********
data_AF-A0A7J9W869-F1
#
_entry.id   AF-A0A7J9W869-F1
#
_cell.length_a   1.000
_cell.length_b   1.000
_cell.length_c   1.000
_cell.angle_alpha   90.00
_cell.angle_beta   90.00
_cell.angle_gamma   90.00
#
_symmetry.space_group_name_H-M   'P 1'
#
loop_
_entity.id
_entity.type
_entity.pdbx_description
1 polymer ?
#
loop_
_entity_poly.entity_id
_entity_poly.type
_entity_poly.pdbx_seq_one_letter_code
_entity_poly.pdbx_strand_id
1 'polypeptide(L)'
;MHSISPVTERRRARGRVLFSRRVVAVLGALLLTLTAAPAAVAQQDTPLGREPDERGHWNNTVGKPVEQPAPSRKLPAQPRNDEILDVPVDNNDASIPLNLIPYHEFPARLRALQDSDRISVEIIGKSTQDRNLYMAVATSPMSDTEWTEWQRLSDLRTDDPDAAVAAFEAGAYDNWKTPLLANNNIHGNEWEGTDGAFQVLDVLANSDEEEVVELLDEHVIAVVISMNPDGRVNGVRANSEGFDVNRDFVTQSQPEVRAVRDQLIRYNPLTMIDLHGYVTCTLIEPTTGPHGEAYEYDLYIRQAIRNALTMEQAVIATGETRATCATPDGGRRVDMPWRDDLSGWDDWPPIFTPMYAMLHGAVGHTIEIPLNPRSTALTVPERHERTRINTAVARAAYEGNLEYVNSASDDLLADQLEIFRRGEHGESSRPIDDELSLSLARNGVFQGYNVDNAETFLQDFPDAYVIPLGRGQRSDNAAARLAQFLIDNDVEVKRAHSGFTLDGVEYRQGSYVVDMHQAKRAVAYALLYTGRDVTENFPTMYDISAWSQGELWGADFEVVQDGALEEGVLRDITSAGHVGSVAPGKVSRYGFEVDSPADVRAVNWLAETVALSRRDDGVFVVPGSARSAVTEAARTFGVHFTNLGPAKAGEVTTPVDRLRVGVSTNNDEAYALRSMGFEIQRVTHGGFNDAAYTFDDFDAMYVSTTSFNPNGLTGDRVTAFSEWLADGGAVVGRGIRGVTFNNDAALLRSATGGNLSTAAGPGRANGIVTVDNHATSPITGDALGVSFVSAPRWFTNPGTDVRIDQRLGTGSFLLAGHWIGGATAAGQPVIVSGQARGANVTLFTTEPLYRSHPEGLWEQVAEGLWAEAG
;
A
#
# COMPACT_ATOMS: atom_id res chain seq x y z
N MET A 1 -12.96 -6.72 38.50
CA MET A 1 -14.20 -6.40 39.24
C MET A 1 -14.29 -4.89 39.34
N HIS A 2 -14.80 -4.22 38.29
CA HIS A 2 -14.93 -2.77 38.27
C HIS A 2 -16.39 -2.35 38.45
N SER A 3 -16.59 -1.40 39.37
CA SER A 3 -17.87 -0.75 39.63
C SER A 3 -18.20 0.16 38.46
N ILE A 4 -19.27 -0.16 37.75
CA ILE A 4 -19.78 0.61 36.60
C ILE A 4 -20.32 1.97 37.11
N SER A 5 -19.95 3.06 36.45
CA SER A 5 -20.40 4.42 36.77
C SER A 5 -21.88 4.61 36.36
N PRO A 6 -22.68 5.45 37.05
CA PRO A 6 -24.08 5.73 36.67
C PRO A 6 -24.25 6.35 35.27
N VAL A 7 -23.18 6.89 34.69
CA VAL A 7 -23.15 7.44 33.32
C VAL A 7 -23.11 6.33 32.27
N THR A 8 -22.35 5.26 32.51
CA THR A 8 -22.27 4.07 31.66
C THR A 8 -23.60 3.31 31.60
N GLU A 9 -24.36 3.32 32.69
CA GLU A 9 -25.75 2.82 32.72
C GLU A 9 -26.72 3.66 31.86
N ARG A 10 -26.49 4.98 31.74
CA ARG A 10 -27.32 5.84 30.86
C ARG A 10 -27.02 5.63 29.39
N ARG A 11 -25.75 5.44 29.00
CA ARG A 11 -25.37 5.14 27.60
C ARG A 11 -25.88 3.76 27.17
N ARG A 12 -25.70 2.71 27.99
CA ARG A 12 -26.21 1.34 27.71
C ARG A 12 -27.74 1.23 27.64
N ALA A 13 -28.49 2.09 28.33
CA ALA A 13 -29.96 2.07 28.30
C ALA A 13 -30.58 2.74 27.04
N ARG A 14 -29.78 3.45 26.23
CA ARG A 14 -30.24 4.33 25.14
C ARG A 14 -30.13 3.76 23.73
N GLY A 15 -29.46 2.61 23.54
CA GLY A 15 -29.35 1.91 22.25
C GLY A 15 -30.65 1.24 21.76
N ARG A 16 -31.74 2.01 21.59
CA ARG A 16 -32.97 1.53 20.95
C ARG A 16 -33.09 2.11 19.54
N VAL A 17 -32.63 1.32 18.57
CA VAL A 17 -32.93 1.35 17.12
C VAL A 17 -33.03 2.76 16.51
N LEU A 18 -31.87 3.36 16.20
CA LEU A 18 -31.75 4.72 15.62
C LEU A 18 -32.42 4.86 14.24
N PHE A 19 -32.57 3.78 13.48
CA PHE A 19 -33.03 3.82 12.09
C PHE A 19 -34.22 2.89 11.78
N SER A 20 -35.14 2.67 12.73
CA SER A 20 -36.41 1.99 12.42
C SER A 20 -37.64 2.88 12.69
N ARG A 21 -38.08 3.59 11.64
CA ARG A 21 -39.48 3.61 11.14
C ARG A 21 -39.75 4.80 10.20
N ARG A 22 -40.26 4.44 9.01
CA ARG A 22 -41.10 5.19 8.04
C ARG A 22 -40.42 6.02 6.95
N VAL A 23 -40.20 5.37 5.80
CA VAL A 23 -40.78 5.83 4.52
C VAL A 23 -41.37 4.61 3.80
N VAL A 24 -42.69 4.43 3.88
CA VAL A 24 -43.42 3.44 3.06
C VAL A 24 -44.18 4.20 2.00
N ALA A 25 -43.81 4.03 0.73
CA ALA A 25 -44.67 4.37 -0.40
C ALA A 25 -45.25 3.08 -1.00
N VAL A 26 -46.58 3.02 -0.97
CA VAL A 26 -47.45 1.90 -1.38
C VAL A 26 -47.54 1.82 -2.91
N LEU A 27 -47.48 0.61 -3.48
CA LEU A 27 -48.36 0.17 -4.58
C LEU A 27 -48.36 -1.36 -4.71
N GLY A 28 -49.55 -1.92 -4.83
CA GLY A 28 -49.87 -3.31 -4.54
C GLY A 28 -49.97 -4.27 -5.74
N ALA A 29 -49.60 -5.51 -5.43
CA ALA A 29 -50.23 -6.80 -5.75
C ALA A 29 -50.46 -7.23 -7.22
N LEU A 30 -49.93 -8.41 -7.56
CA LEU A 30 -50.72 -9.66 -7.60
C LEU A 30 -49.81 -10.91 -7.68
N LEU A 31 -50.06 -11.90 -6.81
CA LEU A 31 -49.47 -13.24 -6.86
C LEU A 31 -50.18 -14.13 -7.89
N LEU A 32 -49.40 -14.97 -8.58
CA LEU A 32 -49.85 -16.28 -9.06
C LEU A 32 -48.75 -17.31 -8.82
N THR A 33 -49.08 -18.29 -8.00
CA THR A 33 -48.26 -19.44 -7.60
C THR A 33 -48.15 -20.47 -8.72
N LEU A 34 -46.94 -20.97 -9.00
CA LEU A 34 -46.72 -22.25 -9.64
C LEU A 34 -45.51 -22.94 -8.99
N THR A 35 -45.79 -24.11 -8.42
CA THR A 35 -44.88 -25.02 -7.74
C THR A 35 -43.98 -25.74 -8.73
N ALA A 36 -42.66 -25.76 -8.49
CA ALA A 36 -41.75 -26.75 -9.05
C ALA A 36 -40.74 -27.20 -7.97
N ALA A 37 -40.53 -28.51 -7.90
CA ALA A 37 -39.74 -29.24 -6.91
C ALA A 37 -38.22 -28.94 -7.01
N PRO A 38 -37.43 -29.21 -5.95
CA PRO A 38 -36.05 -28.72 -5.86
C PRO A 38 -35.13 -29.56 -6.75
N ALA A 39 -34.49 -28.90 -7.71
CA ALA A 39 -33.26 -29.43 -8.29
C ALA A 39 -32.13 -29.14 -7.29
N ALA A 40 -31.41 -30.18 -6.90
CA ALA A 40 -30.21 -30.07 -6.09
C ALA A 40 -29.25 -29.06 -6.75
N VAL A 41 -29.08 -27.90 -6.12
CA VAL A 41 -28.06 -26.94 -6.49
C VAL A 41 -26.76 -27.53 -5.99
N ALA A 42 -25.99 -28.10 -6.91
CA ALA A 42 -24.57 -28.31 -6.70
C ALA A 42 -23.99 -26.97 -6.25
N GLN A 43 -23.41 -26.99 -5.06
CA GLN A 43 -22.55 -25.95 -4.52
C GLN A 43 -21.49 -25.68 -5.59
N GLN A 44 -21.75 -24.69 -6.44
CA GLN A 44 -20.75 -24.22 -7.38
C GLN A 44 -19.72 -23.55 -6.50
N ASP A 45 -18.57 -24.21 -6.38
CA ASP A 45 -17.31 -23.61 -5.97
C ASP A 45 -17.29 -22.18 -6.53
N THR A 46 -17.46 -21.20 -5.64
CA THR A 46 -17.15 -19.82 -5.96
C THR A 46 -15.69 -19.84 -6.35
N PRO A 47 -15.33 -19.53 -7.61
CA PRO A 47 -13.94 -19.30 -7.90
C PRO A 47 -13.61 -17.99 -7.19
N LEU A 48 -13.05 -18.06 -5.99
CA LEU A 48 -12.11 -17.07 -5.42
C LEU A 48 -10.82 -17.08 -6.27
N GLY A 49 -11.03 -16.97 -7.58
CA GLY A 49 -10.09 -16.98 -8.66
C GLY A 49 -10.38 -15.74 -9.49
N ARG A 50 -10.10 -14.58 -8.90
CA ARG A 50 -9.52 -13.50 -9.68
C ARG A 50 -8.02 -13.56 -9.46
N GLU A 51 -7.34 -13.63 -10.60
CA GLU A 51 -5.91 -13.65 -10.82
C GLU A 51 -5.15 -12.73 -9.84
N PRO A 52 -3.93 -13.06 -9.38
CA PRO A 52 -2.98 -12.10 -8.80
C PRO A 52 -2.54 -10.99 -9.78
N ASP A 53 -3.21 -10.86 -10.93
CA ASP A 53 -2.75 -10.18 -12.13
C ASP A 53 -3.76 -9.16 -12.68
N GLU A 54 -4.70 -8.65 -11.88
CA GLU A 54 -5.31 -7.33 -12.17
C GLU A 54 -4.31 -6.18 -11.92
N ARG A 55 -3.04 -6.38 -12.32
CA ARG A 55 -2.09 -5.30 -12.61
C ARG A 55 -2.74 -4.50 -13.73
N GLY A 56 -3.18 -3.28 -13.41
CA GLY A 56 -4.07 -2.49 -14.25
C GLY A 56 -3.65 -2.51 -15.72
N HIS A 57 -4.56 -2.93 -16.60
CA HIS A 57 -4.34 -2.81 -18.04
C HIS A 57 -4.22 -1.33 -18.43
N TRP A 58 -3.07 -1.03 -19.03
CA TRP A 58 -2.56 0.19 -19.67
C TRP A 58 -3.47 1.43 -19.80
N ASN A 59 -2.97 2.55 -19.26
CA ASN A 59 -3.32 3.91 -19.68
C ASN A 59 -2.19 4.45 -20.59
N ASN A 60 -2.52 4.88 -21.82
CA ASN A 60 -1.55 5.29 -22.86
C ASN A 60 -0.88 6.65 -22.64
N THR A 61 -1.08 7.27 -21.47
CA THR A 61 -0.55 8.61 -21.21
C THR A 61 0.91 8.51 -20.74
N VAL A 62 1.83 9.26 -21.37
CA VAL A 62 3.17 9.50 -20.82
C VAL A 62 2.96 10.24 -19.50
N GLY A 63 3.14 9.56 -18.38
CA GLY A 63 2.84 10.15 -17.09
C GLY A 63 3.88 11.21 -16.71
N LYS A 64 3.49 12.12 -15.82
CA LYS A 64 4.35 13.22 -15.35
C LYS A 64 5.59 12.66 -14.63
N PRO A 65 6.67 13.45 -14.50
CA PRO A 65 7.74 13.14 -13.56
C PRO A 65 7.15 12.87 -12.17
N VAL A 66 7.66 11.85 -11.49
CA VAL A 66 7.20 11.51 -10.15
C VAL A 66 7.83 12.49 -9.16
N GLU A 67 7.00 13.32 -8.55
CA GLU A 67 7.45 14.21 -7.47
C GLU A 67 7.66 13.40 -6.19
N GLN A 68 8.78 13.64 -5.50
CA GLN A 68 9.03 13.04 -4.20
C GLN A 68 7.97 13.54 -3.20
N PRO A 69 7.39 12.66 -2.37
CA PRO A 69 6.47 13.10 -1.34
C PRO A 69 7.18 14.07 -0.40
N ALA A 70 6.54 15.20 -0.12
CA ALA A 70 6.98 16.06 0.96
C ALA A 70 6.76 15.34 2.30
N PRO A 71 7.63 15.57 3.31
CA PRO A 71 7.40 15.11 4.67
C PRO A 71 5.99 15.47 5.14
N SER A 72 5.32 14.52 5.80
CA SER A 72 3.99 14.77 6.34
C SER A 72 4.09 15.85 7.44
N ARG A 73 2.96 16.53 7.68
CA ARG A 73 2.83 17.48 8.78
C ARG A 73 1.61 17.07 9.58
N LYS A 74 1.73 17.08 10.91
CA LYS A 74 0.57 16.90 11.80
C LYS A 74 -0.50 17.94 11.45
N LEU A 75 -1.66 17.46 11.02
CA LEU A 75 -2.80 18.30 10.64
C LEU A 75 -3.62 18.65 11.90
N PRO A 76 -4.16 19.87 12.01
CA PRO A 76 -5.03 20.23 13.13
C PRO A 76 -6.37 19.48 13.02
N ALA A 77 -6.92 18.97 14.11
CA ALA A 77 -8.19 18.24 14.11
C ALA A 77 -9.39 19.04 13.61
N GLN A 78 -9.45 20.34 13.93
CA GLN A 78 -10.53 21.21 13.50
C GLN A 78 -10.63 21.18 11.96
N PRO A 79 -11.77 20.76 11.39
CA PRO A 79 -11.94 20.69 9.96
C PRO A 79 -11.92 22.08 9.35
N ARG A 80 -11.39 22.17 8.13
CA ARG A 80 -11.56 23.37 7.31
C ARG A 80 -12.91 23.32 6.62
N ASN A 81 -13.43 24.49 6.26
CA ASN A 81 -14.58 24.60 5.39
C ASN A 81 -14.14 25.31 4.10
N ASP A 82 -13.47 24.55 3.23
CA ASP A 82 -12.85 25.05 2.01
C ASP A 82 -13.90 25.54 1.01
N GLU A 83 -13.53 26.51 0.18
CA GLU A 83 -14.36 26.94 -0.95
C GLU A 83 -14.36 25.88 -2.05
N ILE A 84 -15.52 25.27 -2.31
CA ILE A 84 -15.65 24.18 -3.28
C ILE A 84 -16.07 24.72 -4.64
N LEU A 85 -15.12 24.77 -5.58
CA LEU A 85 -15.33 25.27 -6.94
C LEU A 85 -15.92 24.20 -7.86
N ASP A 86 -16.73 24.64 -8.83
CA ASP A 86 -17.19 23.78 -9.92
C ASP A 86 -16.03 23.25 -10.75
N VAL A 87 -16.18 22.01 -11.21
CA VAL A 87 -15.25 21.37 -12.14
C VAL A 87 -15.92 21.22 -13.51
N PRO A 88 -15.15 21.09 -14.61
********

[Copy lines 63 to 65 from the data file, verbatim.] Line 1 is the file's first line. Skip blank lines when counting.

C ARG A 11 -25.88 3.76 27.17
N ARG A 12 -25.70 2.71 27.99
CA ARG A 12 -26.21 1.34 27.71